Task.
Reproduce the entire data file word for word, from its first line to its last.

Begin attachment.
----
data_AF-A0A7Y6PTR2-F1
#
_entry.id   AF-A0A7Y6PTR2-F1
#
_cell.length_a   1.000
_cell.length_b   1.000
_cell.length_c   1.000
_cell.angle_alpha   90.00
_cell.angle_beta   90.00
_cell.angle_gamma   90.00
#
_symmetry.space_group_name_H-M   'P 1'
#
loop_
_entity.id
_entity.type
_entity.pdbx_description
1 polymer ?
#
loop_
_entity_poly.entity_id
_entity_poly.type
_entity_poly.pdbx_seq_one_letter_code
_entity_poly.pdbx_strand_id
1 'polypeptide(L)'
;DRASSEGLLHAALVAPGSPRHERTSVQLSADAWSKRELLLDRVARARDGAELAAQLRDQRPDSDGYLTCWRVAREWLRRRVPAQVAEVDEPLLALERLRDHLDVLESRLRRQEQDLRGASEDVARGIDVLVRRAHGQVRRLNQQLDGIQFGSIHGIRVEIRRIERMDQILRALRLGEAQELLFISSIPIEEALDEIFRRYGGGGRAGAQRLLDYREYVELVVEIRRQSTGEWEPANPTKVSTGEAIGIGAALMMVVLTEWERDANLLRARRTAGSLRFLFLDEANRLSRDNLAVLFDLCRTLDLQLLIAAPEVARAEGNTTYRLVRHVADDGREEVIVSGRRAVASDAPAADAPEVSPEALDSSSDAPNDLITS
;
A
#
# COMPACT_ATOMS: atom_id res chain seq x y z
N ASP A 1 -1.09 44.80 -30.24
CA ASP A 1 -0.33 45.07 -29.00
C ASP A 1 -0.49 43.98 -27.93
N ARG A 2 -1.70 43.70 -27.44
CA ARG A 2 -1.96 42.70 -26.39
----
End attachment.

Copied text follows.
data_AF-A0A7Y6PTR2-F1
#
_entry.id   AF-A0A7Y6PTR2-F1
#
_cell.length_a   1.000
_cell.length_b   1.000
_cell.length_c   1.000
_cell.angle_alpha   90.00
_cell.angle_beta   90.00
_cell.angle_gamma   90.00
#
_symmetry.space_group_name_H-M   'P 1'
#
loop_
_entity.id
_entity.type
_entity.pdbx_description
1 polymer ?
#
loop_
_entity_poly.entity_id
_entity_poly.type
_entity_poly.pdbx_seq_one_letter_code
_entity_poly.pdbx_strand_id
1 'polypeptide(L)'
;DRASSEGLLHAALVAPGSPRHERTSVQLSADAWSKRELLLDRVARARDGAELAAQLRDQRPDSDGYLTCWRVAREWLRRRVPAQVAEVDEPLLALERLRDHLDVLESRLRRQEQDLRGASEDVARGIDVLVRRAHGQVRRLNQQLDGIQFGSIHGIRVEIRRIERMDQILRALRLGEAQELLFISSIPIEEALDEIFRRYGGGGRAGAQRLLDYREYVELVVEIRRQSTGEWEPANPTKVSTGEAIGIGAALMMVVLTEWERDANLLRARRTAGSLRFLFLDEANRLSRDNLAVLFDLCRTLDLQLLIAAPEVARAEGNTTYRLVRHVADDGREEVIVSGRRAVASDAPAADAPEVSPEALDSSSDAPNDLITS
;
A
#
# COMPACT_ATOMS: atom_id res chain seq x y z
N ASP A 1 -1.09 44.80 -30.24
CA ASP A 1 -0.33 45.07 -29.00
C ASP A 1 -0.49 43.98 -27.93
N ARG A 2 -1.70 43.70 -27.44
CA ARG A 2 -1.96 42.70 -26.39